My argument here is that as Africans, generally, and Kenyans in specific, we have learnt to survive. There is nothing great in surviving bad leadership. What choice have we? We must keep surviving or we perish and I don’t want to call this resilience. It is just basic common sense.

I have mentioned the drought in parts of north eastern Kenya and other semi arid areas. Drought is a natural phenomenon but famine is not. Famine points to a failure of societal structures to ensure food and other produce reach the intended users at all times. Where the government has failed to make this happen and instead asks for relief aid, shows not resilience but a case of poor governance. But we will not hear this in the press. Every speaker shall be talking about resilience. No, we can’t continue like this. We must demand better.

Let us first, as Africans demand that the state system that we pay for works, delivers service and then we can talk of resilience when there is calamity. As things stand, we live in a continuous calamity and we can’t take credit for mediocrity.

Maybe the only time we came close to resilience was surviving the pandemic but at what cost? Many businesses closed. Many people lost jobs. Relationships were severed. Maybe many lives were saved too, I don’t know. Maybe, given that it was expected that we would die like flies during the pandemic, and since this didn’t happen, some have taken this to mean resilience. I wish I felt the same way.

Maybe some day, we will really be resilient. At this time, we will have systems that work and our resilience will be tested when one part of it fails or is attacked by external forces. Until then, don’t call us resilient. We are survivors. We want to be more than survivors. We want to live. If you ask me, maybe we don’t even want to be resilient. A good life, a beer here with friends and bbq with enemies would be a good place to begin.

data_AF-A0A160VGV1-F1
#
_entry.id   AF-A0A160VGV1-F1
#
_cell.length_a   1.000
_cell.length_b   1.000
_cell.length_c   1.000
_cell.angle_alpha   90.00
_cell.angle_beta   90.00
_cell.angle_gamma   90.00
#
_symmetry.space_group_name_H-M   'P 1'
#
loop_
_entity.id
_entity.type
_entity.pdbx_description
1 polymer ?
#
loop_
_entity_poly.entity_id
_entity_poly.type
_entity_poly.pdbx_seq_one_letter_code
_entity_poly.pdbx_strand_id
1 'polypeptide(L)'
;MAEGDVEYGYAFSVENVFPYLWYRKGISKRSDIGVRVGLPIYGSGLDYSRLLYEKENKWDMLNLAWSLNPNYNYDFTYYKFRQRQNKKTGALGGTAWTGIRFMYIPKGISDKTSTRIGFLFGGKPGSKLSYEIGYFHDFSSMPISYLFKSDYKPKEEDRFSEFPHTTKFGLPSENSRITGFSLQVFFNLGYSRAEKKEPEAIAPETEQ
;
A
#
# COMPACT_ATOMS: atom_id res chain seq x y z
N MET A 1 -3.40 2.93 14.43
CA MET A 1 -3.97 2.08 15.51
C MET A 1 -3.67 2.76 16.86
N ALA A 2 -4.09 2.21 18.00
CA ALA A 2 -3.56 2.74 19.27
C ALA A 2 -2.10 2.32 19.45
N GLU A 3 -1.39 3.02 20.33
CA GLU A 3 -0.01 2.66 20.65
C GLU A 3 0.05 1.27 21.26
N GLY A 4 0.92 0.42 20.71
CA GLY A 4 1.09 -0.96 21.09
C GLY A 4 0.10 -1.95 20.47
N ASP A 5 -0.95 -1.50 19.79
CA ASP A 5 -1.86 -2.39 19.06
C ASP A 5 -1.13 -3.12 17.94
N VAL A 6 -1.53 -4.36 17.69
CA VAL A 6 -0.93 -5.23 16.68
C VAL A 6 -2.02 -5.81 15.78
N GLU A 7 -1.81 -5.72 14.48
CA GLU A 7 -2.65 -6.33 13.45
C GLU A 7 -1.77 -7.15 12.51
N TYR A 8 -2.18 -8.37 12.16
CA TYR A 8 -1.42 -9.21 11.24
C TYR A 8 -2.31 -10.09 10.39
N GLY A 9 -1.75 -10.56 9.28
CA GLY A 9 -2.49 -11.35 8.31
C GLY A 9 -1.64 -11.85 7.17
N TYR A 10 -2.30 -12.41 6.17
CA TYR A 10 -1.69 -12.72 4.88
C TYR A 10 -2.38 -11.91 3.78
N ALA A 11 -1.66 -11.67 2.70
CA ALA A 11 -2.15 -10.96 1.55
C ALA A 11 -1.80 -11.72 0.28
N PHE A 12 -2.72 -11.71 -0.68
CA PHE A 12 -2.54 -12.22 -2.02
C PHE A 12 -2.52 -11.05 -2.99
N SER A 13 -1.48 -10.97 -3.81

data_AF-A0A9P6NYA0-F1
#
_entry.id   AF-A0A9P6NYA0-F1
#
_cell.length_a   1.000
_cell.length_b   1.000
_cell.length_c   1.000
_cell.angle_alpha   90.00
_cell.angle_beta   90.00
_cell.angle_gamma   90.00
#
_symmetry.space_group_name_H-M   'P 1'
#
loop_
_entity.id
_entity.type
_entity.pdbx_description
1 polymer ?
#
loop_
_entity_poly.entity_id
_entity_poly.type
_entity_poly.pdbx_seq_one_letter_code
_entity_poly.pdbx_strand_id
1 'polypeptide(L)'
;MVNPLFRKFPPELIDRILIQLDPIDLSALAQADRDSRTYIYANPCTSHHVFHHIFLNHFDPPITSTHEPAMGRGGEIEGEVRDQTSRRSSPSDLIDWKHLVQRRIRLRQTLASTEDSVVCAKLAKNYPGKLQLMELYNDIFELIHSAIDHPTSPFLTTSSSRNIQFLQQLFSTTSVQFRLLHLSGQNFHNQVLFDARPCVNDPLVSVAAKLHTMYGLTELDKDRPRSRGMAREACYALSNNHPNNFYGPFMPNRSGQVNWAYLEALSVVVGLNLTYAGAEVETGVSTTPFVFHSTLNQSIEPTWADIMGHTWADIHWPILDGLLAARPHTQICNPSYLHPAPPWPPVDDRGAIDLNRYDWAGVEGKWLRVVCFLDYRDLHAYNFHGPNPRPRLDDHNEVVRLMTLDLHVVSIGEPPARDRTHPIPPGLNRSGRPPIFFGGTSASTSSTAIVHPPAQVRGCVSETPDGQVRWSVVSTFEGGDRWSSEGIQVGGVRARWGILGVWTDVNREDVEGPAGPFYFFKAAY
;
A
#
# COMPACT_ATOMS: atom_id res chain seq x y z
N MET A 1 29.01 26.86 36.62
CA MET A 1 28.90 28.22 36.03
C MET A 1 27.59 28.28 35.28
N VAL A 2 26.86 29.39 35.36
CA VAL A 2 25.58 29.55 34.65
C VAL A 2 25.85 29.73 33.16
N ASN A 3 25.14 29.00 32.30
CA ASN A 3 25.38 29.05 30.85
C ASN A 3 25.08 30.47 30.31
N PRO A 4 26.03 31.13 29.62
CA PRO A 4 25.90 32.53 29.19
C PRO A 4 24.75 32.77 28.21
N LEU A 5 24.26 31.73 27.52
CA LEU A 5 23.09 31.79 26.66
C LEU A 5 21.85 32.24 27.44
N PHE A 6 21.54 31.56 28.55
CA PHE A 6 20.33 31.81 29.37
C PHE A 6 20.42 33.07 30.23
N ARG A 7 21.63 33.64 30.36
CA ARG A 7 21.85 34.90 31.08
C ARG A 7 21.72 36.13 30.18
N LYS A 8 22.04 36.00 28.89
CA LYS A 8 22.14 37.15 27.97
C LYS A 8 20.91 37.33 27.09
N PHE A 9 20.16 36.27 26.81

Maybe I am not making any sense.

Have a great week everyone. Be resilient.

I have beef

There is some form of racism or neo- colonialism or I don’t know what that is practiced by universities in the west that I don’t understand and that should end. I apply for an admission to a university say in Melbourne for a PhD and one of the requirements is an English language proficiency exam. Now, I would not have a problem with this if my education had been in a language other than English. But this is not the effing case.

The language of instruction at the university is English. It is the same in primary and secondary school. Why then would someone think that after writing and defending a thesis in English I can’t speak or understand English and must prove my proficiency by taking an exam that costs 240 USD?

If this is not a form of systematic racism, then I don’t know what is. Or maybe I am wrong and that we who were colonialized by Britain and adopted their language as a method of instruction can’t speak it, can’t write it and maybe, can’t read it.

Or am I missing something?

On this world teachers day

I want to send a shout out to my good parents, teachers per excellence.

Then to all the other teachers who I have interacted with ans have contributed in some way to what I have become.

Finally to those teachers forming others to be good and responsible citizens.

And finally, a prayer, that the education system will change from a mass factory to a more individualised training. With this, we hope we will not blame a fish for not knowing how to climb a tree. But maybe this is too ambitious.

To the teachers!